The club was owned by a guy called Roy Guest. When the Edinburgh Festival was on, he used to invite over some of the big American blues stars to play. One year he got Sonny Terry and Brownie McGhee over - Pete Seeger played as well... It was quite brave to bring guys like that over, not many people were doing that at the time.
Did you know Davey Graham then?
Yeah, it was about the same time I met Davey. He used to come up to Scotland and play regularly at a pub called the Waverley Bar.
Is Davey older than you?
Oh yeah, I'm not sure exactly, but he must be about five or six years older than me.
Was he one of your biggest influences?
Very much so! After hearing Davey play, it was just all there. All the old blues players used to play in the 'clawhammer' style. Playing a single lead line with the bass string dampened to create the rhythm - like Big Bill Broonzy. Davey would have several lines all going at once - I couldn't understand that! Mind you, he took his influences from other sources other than the blues, eastern style tunes and stuff like that. He travelled a lot in those days and picked up a lot of his technique on his travels. It was Davey that invented the DADGAD tuning, which everyone uses now.
You went travelling a lot yourself in those days....
I think I was semi-emulating Davey and a few others. The generation before me who were still very much a part of the scene; players like Davey, Alex Campbell and Wizz Jones had all done their fair share of busking around Europe and so I just naturally followed suit. I got as far as Morocco, which was the dope centre of the universe! For a young person at the time, to get outside of Europe and travel around was a real culture shock, it was all totally different; people, clothes, food, values - you know... everything!
You just busked wherever you went. I used to make just about enough money to get by. The best place I ever busked was in St. Tropez with a blonde, buxom girl called Felicity, or 'Fish' as she used to get called....We'd do an hour on the harbour front and make enough money for both of us to live for a week! We'd knock out Leadbelly numbers and anything else we could think of.
Had you moved down to London by then?
No, I didn't live in London then, when I was travelling, I was always coming back to Scotland. We played a lot of clubs in the north of England at that time - anything in striking distance from Edinburgh. I've no head for actual dates! I do remember the first London club I played in was the King and Queen club, run by Cliff Angier and then the Troubadour club after that. Later on Les Cousins opened in Greek Street and that became a regular venue.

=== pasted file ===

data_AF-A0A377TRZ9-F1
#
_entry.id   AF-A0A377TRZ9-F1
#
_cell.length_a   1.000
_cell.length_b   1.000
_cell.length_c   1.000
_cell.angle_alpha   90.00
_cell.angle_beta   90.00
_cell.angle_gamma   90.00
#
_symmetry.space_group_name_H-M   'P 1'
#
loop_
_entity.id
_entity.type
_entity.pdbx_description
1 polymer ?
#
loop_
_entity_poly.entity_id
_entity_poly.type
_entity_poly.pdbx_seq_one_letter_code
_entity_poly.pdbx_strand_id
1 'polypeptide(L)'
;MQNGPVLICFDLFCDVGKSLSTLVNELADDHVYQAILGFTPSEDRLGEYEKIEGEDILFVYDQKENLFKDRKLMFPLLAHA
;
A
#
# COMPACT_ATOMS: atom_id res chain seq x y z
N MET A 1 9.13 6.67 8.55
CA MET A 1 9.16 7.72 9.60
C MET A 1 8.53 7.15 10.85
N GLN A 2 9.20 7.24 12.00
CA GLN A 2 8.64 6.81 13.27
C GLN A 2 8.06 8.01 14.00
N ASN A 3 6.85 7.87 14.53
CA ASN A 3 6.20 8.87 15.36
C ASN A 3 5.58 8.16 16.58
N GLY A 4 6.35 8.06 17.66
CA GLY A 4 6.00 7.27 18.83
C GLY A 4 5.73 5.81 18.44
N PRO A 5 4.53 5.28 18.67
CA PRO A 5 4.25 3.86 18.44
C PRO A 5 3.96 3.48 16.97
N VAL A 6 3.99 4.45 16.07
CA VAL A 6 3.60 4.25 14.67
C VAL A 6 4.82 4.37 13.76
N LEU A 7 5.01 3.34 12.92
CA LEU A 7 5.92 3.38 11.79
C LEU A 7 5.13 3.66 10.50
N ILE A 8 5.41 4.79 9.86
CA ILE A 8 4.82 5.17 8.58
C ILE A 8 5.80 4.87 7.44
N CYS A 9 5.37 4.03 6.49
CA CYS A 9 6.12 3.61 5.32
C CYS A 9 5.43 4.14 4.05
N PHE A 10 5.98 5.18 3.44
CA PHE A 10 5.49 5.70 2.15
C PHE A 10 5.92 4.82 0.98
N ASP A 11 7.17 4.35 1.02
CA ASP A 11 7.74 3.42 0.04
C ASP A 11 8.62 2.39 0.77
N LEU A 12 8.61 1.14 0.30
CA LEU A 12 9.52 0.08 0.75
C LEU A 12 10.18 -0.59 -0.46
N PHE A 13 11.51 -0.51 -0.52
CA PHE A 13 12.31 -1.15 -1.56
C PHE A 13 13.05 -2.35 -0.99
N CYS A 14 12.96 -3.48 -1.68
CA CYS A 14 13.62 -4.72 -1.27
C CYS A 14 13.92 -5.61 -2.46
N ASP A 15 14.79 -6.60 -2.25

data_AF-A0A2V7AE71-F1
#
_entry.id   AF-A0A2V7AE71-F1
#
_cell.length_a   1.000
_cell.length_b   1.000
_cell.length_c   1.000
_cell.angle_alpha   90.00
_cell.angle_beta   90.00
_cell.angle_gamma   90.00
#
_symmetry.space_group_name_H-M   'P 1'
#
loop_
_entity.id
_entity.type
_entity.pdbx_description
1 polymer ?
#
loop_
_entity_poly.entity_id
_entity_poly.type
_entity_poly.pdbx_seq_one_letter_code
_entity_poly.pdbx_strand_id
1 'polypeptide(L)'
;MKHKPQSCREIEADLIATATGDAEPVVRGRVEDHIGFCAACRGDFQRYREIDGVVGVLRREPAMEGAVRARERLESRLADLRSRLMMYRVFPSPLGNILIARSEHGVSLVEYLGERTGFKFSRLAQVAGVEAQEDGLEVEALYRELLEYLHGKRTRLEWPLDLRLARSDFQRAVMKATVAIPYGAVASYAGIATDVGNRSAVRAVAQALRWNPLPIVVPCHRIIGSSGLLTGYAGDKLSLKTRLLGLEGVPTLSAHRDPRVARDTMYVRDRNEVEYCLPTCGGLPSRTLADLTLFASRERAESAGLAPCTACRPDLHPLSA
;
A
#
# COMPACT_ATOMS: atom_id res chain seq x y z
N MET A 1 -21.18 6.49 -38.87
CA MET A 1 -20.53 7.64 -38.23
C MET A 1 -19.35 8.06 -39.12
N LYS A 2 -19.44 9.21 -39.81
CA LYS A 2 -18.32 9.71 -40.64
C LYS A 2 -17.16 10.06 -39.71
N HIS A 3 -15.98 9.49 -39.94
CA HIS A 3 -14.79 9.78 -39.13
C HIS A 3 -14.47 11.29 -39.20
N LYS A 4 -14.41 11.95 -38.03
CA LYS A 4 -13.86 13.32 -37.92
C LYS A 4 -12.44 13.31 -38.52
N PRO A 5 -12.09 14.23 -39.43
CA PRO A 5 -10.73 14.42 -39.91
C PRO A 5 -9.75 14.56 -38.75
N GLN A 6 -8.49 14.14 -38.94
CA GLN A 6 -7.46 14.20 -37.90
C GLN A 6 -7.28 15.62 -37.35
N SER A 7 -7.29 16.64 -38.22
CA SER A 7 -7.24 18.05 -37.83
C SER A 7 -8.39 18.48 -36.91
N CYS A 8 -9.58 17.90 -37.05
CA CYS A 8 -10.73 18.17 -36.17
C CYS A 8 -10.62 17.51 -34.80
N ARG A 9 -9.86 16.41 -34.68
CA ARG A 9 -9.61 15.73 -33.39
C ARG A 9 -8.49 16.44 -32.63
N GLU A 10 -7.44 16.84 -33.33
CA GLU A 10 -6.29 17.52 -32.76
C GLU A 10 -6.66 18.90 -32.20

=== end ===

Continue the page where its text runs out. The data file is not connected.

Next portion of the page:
Martin Carthy was around at this time as well.
Oh very much so. That was the beginning for me really, when I first came down and started doing clubs like The Troubadour. Martin used to play there a lot, he was part of the set there at that time. I first met him on a TV show with Sydney Carter called Hullabaloo where he was playing some of his songs. He used to go around with Paul Simon when he was over here. He'd learn things from Davey (Graham) and then sidle up to me and say 'Hey, have you learnt this one.....!' Paul Simon was part of all that crowd as well. He was OK, a bit of a show off though - very American! He used to say stuff like 'Oh I'm gonna be really big one day and make lots of money, I'll invite you all over to America!' He did of course make it very big but never asked us over, not surprising really I suppose. We used to play a lot of clubs together - I got rather tired of 'The Sound Of Silence' though!
What about Anne Briggs?
I did a lot of travelling with Anne in the early years. She shared a flat in Earls Court with Robin Williamson and The Young Tradition. We teamed up together and ended up going to a lot of folk clubs trying to get gigs. They were all old traditional type clubs, lots of unaccompanied singing. I actually managed to get away with playing 'Anji' at one of these places. The club's policy was for the artists to play and sing a song from your country or place of origin. It was all a load of bollocks really, because nobody ever used to do it. When we split up she had a boyfriend in Edinburgh called Gary, so she returned to Scotland and lived up there. She still lives up there now, she works for the Forestry Commission.
How did you come to record your legendary first album?
Well there used to be a London record shop in New Oxford Street called Collett's, which sold all sorts - jazz, folk and blues, there was a book shop there as well, which was run by Jill Cook and Ray... ah, I can't remember Ray's second name but he's still got a record shop near Shaftesbury Avenue called Ray's Jazz Shop. Jill was head of the folk section and ran a few clubs herself, if you wanted to know anything about clubs or singers or wanted to contact someone from that scene, that was the place you'd go. It was through her that I met Bill Leader. Bill was a field recorder, recordist or whatever who was working for Transatlantic records at the time. Before that he had worked for Topic records. He was a true field recordist in the sense that he would take his equipment to the public wherever they were and record fiddle players and anyone who sounded interesting in tiny bars and clubs all over the country. We used to go round to his flat in Camden a lot and he eventually decided he'd like to do an album with me. It was recorded in his front room with a mixer and a revox set up in the kitchen. A couple of Davey's albums were done there too - 'Folk, Blues And Beyond' and the one he did with Shirley Collins, 'Folk Routes, New Routes'.The album was put out the same year on Nat Joseph's Transatlantic label.